Tuesday, 6 May 2008
Cheese and Biscuits on tour - Catalonia 2008
I must be finally turning into a grumpy old man before my 30th birthday. While I can still often overlook sloppy service if the food is up to scratch and I have a glass of wine in front of me, I am definitely becoming more discerning (or "fussy" depending on who you talk to) and have found myself avoiding restaurants that serve decent food if I think it's going to take hours to get through it. Shocking, I know.
Perhaps Catalonia just suffered in direct comparison with the levels of service I'd been used to in the US, or maybe I was just unlucky. But there wasn't a single restaurant I visited last week that wasn't marred by dreadfully slow, indifferent or inconsistent service. "Highlights" included lunch in a charming Pyrenean mountain village (St. Lorenç de la Muga) in which every stage of the meal (getting menus, ordering, clearing plates) was punctuated by a half hour wait, and everything had to be asked for multiple times; dinner in L'Escala on two separate evenings where the first (largely positive) experience was matched by a kind of 'evil twin' evening three days later where all the same dishes came out slightly wrong and our charming waitress was replaced by a man in a string vest who smelt of body odour.
But there is one element which has become a real bugbear of mine, and that's the serving of extra table items such as olive oil and bread and tomato, which seems to depend on which day of the week you're eating and whether the waiter decides you're worthy enough to be given it. In the St. Lorenç place we noticed that all the other tables had toasted bread and a little plate of garlic cloves and tomatoes to rub on them, whereas we were halfway through our starter without being given any. Once I'd managed to rugby-tackle the waiter and pointed this out, he reluctantly brought some over, and when I asked for oil and vinegar, he strolled over to the nearest table and stole theirs. Similarly in L'Escala you can be comped bread and aioli one night and nothing the next, in the same restaurant, at the same table, from the same waiter.
It is these massive inconsistencies that make it nearly impossible to recommend anywhere in the Costa Brava because what is good one night can be terrible the next for no obvious reason. Towards the end of the stay our disillusionment with service in the town had reached such a level that we had more or less given up and largely cooked in instead. Which actually was no bad thing, thanks to some wonderful local fish and veg shops. But we did manage to squeeze out a handful of marginally positive dining experiences during the seven days, and I will present the best of them here (in no particular order):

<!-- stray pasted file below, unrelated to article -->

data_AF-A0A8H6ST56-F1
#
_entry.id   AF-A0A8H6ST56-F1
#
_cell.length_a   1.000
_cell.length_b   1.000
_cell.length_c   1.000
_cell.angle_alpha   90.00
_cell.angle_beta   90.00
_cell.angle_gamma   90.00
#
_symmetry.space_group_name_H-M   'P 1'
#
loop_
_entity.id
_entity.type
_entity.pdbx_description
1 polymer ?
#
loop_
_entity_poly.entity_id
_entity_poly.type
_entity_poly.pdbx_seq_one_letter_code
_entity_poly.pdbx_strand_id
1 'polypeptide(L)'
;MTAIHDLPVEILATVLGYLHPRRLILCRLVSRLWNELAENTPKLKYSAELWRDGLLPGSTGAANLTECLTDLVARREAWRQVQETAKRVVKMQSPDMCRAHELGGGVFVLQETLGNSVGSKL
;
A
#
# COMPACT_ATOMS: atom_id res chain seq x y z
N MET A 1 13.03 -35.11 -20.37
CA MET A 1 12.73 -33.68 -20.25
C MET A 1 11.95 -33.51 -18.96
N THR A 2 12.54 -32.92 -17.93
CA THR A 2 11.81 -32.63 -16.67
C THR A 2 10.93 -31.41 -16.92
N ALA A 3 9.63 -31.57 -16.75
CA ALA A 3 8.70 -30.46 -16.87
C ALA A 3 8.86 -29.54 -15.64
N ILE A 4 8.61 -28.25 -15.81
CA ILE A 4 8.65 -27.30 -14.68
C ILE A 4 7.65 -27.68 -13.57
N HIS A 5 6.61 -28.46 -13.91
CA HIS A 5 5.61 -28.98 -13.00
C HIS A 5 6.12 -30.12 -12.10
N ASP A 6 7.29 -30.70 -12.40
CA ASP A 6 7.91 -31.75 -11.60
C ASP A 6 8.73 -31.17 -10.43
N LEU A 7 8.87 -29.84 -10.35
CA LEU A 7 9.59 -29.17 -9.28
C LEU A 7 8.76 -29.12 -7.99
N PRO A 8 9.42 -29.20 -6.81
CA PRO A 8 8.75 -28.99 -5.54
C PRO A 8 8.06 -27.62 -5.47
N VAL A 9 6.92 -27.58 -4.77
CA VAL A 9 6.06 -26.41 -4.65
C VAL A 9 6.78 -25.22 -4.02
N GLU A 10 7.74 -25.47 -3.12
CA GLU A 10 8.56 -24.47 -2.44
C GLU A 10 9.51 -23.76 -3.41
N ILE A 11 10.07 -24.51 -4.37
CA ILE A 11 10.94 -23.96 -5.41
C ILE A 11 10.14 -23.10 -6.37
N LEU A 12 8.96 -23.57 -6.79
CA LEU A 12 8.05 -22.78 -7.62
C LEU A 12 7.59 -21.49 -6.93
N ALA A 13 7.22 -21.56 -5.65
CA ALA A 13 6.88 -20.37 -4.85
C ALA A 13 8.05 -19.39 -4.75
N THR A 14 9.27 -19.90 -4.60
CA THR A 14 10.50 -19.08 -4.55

1. Charcoal-grilled vegetables from La Taverna de la Sal (L'Escala), particularly the blackened artichoke which was great fun nibbling away at, served with the fiery house aioli (eventually).
2. A lovely bottle of Rigau Ros 1999 Cabernet Sauvignon (Empordà), from just up the road, went very well with a huge T-bone steak and grilled/baked potatoes.
3. A smashing bowl of what were described as 'Galician Clams', served in a salty (too salty for some but I have a famously high salt tolerance, which is just as well with Spanish food) white wine and garlic sauce. The meaty clams, served in a brand new tapas bar called Cu4tro, in Cadaqués, really were a revelation - meaty, rich and amazingly fresh.
4. Chorizo sausages from the local Carrefour, barbequed on the balcony alongside some pork ribs rubbed with paprika and herbs from the garden. I think it was probably at this point we decided we didn't need to suffer the pain of bad service to eat well.
5. Seared fois gras on toast at Cu4tro. So wrong it's right. A massive slab of fois and balasmic reduction, on toast. Not exactly tapas, in fact not exactly Spanish, but fois gras wins me over every time.
So apologies for the fact that 90% of this post has been a rant about Spanish - or should I say Catalan - service, but if it even fleetingly crosses the mind of a devout foodie such as myself that I can't face eating out because I know it's going to take hours and be a battle, then something needs to change. I'm off to France on thursday (Nantes, since you ask) after a good ten years away, so I'm hoping that my faith in restaurants will be thoroughly restored.